The other night I was looking through the hand-written journal I kept each day throughout the 1990s and into this century. Among the last entries was one about a 2001 revival I preached at Meek Baptist Church in Arley, Alabama, an hour away from home. “Pastor Etsel Riddle called on Pop for the benediction,” I noted. That must have been a first for him, but Dad did fine. Hearing him pray in public blessed the entire family. I wouldn’t have taken a thousand dollars for that.
He’s gone now and I’m missing him greatly.
Occasionally, while reading through the Bible he ordered returned to me after his death, I’ll come across a note in his handwriting. At the end of Job, the last verse reads, “So Job died, being old and full of days.” Pop underlined that and underneath wrote in that lovely script: “Carl J.”
That was vintage Pop. He was forever taking newspaper clippings and writing in the margins around them, having a one-sided conversation with someone. When an advertising flyer arrived in the mail announcing some offer you-dare-not-resist, if the opening line was attention-getting, Pop would jot something in answer, then leave it lying around so the rest of us could enjoy it.
I came by this weird sense of humor honestly.
The last time I was home, a month after Pop’s death, I found a scoresheet where my brother Glenn and I had played 3 hands of rummy with Dad. I know precisely when it occurred because at the bottom in my handwriting are FEMA’s phone numbers and a number to call to get a “blue tarp” on my house following Katrina. That would make it early September 2005 during our evacuation from New Orleans.
On the back of that score-sheet is an advertisement for one of these medical books which farm families seem to collect, containing natural cures and home remedies. The letter begins: “Dear Customer: We’re probably about the same age….” Pop had underlined that. He was 93 years old; no comment was needed.
The letter went on to charge that research universities and medical institutions were hiding these scientific breakthroughs from the reader. The most presumptuous line in the letter was this: “I love you and I want you to have these life-giving secrets of super health before it’s too late.”
Underneath, Pop had written: “Blame. B Lame.” I laughed out loud when I read it. Good for you, Pop, seeing through such tripe.
When my children were young, I would sometimes volunteer to make their lunches for school. Before closing the sack, I’d find a scrap of paper and write a note or draw a little cartoon. Just a little something to let my child know that Dad was thinking about him or her.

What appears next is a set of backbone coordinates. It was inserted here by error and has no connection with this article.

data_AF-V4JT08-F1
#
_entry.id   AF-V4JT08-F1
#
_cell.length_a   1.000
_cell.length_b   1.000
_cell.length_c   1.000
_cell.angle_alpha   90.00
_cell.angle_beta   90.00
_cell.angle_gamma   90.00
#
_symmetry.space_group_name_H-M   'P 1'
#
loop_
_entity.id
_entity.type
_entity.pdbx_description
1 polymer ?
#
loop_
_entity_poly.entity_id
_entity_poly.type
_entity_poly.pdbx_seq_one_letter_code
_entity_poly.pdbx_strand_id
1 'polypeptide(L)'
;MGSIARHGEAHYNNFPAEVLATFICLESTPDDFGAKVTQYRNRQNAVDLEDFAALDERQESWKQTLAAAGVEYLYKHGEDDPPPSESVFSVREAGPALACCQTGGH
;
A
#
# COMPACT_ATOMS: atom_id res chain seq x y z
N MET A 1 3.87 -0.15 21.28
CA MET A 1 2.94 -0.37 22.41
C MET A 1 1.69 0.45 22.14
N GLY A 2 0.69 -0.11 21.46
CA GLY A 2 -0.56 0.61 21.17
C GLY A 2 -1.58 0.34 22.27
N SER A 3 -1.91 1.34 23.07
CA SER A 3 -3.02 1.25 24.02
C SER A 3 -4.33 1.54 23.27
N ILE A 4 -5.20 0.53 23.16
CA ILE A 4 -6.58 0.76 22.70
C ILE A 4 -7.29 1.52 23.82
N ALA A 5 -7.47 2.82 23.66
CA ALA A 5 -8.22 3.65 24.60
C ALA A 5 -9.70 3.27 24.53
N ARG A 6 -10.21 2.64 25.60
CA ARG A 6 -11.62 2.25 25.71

Now, my dad is sending me these notes. And the thing is, by putting the notes alongside Scripture he’s pointing me to the larger messages from the Heavenly Father. It’s the best of both worlds.
Flipping forward from the end of Job, I notice that Dad underlined a good deal of the 15th Psalm. He wrote nothing in the margin, but what he underlined in his shaky hand was excellent.
“He that walked uprightly, and worked righteousness, and speaketh the truth in his heart. He that backbiteth not with his tongue, nor doeth evil to his neighbor, nor taketh up a reproach against his neighbor.” And then, the last verse: “He that doeth these things shall never be moved.”
At the 23rd Psalm, he circled the 23, and then circled the “6” at the last verse: “Surely goodness and mercy shall follow me all the days of my life, and I will dwell in the house of the Lord forever.”
On the next page, in the 25th Psalm, he circled the “7” for that verse. It begins, “Remember not the sins of my youth, nor my transgressions.”
Thank you, Pop. You sure knew a great scripture when you found one and the right prayer of thanksgiving for one who knows what it is to receive God’s mercies and forgiveness. Thanks for these little “hellos” you’ve scattered throughout this Bible. You’d be interested to know what I’m doing with it.
Your 11-year-old great-granddaughter Erin, with the same name as one of your sisters, asked me to read through this same Bible and write my own notes in the margin and then give it to her when she’s older. She saw that I spent two years doing that for her brother Grant, and just completed his Bible on Christmas day, one week ago.
Today is January 1, 2008, and I have my assignment. Better get at it.
The other grandchildren will be wanting their Bibles too. I’m 67 now and it takes a couple of years on each Bible….I have 8 grandchildren in all….
It’s a good thing Dad lived to be 95. I may be needing every day of that before I finish.